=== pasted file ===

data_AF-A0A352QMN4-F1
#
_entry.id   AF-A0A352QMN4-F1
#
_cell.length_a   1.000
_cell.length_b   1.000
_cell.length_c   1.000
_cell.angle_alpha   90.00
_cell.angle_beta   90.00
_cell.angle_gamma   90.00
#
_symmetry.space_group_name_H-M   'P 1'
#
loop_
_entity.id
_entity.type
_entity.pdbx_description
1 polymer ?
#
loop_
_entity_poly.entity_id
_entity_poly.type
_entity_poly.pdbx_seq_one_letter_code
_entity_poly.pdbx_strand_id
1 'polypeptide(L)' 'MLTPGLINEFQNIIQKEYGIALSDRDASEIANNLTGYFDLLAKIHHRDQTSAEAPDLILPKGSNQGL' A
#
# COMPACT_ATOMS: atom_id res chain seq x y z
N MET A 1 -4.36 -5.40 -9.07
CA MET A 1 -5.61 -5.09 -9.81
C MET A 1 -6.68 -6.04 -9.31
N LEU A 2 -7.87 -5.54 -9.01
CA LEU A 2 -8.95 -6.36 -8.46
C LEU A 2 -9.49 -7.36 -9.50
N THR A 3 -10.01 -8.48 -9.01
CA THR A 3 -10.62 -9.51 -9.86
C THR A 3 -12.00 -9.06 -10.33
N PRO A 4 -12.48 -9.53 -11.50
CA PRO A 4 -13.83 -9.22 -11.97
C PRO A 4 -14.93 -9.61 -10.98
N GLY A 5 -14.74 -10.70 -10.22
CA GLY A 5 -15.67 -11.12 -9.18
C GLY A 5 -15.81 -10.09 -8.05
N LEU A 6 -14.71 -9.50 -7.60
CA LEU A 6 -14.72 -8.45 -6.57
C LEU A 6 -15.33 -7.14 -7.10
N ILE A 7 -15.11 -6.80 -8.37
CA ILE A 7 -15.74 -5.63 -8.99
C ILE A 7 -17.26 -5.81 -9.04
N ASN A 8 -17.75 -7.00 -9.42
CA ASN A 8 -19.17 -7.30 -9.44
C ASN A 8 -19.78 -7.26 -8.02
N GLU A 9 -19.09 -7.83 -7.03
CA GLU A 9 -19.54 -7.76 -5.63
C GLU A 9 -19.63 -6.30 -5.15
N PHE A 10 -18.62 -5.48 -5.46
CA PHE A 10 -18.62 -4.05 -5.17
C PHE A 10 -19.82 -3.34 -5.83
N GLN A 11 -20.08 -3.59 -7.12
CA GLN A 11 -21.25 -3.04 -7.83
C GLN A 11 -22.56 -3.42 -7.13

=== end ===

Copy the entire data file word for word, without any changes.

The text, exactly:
data_AF-A0A352QMN4-F1
#
_entry.id   AF-A0A352QMN4-F1
#
_cell.length_a   1.000
_cell.length_b   1.000
_cell.length_c   1.000
_cell.angle_alpha   90.00
_cell.angle_beta   90.00
_cell.angle_gamma   90.00
#
_symmetry.space_group_name_H-M   'P 1'
#
loop_
_entity.id
_entity.type
_entity.pdbx_description
1 polymer ?
#
loop_
_entity_poly.entity_id
_entity_poly.type
_entity_poly.pdbx_seq_one_letter_code
_entity_poly.pdbx_strand_id
1 'polypeptide(L)' 'MLTPGLINEFQNIIQKEYGIALSDRDASEIANNLTGYFDLLAKIHHRDQTSAEAPDLILPKGSNQGL' A
#
# COMPACT_ATOMS: atom_id res chain seq x y z
N MET A 1 -4.36 -5.40 -9.07
CA MET A 1 -5.61 -5.09 -9.81
C MET A 1 -6.68 -6.04 -9.31
N LEU A 2 -7.87 -5.54 -9.01
CA LEU A 2 -8.95 -6.36 -8.46
C LEU A 2 -9.49 -7.36 -9.50
N THR A 3 -10.01 -8.48 -9.01
CA THR A 3 -10.62 -9.51 -9.86
C THR A 3 -12.00 -9.06 -10.33
N PRO A 4 -12.48 -9.53 -11.50
CA PRO A 4 -13.83 -9.22 -11.97
C PRO A 4 -14.93 -9.61 -10.98
N GLY A 5 -14.74 -10.70 -10.22
CA GLY A 5 -15.67 -11.12 -9.18
C GLY A 5 -15.81 -10.09 -8.05
N LEU A 6 -14.71 -9.50 -7.60
CA LEU A 6 -14.72 -8.45 -6.57
C LEU A 6 -15.33 -7.14 -7.10
N ILE A 7 -15.11 -6.80 -8.37
CA ILE A 7 -15.74 -5.63 -8.99
C ILE A 7 -17.26 -5.81 -9.04
N ASN A 8 -17.75 -7.00 -9.42
CA ASN A 8 -19.17 -7.30 -9.44
C ASN A 8 -19.78 -7.26 -8.02
N GLU A 9 -19.09 -7.83 -7.03
CA GLU A 9 -19.54 -7.76 -5.63
C GLU A 9 -19.63 -6.30 -5.15
N PHE A 10 -18.62 -5.48 -5.46
CA PHE A 10 -18.62 -4.05 -5.17
C PHE A 10 -19.82 -3.34 -5.83
N GLN A 11 -20.08 -3.59 -7.12
CA GLN A 11 -21.25 -3.04 -7.83
C GLN A 11 -22.56 -3.42 -7.13